As part of the program, Professor Lawlor and his counterparts had the opportunity to meet with juvenile justice officials from Germany and Croatia who spoke about the philosophy behind their juvenile justice systems, which include people to age 21, and their approach to preventing young people from getting into or returning to the prison system and addressing issues like substance abuse, mental health, homelessness, and education.
Their comments echoed what Professor Lawlor discovered several years ago when he was invited to visit German prisons, and the prison guards and other personnel told him their primary mission was to help the emerging adult prisoners who have committed crimes to become successful in the next chapters of their lives.
"Here in the U.S., the priority seems to be about holding people accountable rather than enacting evidence-based practices that reduce recidivism," Professor Lawlor says.
"Here in the U.S., the priority seems to be about holding people accountable rather than enacting evidence-based practices that reduce recidivism."Mike Lawlor, J.D.
'So much momentum for change'
As part of the summit this summer, he also toured a juvenile jail for people to age 20, where the staff is specially trained on helping the whole person – with education, with housing, and with mental health and substance abuse care.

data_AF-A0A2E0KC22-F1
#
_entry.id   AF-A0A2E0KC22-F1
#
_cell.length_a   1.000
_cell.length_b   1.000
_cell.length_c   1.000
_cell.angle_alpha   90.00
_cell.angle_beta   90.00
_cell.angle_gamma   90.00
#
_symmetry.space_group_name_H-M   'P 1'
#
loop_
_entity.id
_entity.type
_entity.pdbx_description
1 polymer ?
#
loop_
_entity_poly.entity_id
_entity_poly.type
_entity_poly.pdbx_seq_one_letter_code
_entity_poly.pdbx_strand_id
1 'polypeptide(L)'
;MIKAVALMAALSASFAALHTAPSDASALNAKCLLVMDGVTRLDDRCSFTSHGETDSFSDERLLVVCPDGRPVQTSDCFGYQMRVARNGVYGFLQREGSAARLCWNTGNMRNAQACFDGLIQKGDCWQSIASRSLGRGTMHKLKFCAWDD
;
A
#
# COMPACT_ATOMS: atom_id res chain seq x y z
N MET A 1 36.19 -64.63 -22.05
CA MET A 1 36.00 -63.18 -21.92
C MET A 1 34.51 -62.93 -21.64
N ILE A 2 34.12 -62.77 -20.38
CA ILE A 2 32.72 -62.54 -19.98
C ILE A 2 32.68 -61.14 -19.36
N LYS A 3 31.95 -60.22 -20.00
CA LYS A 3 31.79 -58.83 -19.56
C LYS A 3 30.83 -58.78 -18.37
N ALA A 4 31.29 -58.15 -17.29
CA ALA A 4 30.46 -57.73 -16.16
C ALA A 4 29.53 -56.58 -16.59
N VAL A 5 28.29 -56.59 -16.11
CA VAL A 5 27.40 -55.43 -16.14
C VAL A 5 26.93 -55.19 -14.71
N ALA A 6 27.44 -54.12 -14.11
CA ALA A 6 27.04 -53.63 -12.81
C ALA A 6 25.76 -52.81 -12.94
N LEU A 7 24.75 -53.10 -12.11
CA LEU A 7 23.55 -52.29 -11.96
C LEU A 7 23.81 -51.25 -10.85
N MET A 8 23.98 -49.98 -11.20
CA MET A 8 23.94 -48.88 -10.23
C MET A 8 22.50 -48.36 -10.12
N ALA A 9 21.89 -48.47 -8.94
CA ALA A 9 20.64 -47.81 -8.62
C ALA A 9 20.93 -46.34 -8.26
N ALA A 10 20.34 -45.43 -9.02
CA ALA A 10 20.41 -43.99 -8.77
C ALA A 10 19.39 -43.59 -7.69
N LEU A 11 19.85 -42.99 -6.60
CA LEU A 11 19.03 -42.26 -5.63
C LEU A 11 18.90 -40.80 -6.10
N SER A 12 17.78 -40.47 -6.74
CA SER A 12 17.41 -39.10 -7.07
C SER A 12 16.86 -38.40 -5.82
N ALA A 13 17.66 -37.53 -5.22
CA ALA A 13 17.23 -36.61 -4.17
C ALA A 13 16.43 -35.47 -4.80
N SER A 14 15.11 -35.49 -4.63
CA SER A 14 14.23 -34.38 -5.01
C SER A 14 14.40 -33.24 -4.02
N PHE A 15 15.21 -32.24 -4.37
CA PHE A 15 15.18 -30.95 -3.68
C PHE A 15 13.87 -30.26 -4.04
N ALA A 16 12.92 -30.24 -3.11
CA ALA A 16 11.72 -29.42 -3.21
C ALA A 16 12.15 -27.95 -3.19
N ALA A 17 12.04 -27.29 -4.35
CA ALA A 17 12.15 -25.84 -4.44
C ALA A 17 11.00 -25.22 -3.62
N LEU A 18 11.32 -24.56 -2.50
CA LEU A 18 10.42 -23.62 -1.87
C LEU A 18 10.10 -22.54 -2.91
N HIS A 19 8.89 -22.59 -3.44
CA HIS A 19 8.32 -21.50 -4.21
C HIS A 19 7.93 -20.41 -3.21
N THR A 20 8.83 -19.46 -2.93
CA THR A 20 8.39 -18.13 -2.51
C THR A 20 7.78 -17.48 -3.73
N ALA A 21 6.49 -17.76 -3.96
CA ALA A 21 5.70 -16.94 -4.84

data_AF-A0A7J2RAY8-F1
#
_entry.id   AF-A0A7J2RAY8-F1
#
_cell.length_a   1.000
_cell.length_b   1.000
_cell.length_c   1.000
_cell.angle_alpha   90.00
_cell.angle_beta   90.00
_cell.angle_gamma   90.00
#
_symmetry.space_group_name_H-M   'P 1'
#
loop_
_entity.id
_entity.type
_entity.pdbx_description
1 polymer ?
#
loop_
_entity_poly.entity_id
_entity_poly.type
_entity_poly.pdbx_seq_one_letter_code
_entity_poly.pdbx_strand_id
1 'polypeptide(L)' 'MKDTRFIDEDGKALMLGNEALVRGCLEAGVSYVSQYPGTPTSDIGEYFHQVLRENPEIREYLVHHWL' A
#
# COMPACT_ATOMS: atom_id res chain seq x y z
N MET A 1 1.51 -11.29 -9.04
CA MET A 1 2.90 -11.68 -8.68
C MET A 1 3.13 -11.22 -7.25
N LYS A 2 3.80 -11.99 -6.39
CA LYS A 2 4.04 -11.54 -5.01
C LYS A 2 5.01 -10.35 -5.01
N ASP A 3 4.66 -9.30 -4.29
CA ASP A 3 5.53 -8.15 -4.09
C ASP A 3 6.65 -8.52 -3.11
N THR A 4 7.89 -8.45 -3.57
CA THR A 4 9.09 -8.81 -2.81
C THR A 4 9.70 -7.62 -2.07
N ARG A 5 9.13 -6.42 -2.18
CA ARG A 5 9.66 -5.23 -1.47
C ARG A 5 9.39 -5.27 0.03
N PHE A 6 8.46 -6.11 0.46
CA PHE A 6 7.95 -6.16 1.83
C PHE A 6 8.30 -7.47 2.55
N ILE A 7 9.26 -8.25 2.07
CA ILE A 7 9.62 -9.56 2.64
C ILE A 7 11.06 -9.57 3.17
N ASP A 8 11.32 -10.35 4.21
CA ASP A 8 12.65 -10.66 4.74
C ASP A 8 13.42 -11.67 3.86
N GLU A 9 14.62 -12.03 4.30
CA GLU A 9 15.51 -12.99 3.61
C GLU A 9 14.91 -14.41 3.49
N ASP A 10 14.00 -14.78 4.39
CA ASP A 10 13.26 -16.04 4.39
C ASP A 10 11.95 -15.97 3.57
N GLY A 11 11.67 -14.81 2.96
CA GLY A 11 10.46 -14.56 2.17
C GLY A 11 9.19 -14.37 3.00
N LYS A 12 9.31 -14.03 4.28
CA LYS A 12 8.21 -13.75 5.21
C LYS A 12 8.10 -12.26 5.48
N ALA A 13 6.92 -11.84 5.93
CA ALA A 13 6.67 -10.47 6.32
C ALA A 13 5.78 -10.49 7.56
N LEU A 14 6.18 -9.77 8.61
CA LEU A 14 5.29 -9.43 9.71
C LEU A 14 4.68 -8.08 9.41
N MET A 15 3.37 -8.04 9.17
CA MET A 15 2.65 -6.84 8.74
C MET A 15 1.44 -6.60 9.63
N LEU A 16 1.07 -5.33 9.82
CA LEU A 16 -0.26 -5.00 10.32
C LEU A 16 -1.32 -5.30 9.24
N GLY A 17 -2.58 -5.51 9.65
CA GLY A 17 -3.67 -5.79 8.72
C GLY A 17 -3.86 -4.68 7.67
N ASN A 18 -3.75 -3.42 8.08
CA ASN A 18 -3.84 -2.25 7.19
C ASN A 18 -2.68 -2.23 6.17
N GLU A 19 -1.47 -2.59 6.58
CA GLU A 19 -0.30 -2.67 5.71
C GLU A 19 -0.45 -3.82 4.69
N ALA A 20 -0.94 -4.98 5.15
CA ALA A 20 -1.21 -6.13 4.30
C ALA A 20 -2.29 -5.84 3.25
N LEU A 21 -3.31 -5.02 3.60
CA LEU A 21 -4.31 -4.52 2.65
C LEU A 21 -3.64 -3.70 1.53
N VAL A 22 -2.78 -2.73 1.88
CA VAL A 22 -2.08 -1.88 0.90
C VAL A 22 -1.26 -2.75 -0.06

This fall, Professor Lawlor will discuss emerging adults and justice reform in his Criminal Justice Policy course, and he and his students will visit juvenile detention centers and prisons to talk with inmates and prison personnel.
He also is developing a clinical program on emerging adult justice, and he is hoping to involve Lee Collegeforensic science students in a project he worked on while a member of Governor Malloy's administration: making sure when people violate parole, they're given a fair hearing with attorney representation.
He hopes to match Lee College students who "are really good at investigatory methods and forensic sciences" with students at a Connecticut law school.
Professor Lawlor is quick to point out that emerging adults who commit the most serious crimes would still be convicted as adults, including adult probation and prison sentences.
His focus, though, is on the vast majority of crimes committed by this population that are not serious violent offenses. He said more than 85 percent of emerging adults arrested in Connecticut never serve a single day of prison or jail time. Charges are frequently dropped by prosecutors early on in many cases. Others result in dismissal following a diversionary program or probation. Still, in all cases, their arrest is public information that can follow them for life.
"There's so much momentum for change," he says. "It's not partisan, and it's happening around the country.
"We are asking 'How do we find ways for younger adults 18 to 21, or under 25, find success if they've started down the wrong road?'" he continues. "How can we help prosecutors sort out offenders and come up with sanctions that are appropriate? Whether it's to reduce crime, to reduce prison populations, to reduce costs…people are seeing that this makes so much sense."
"There's so much momentum for change, it's not partisan, and it's happening around the country.."Mike Lawlor, J.D.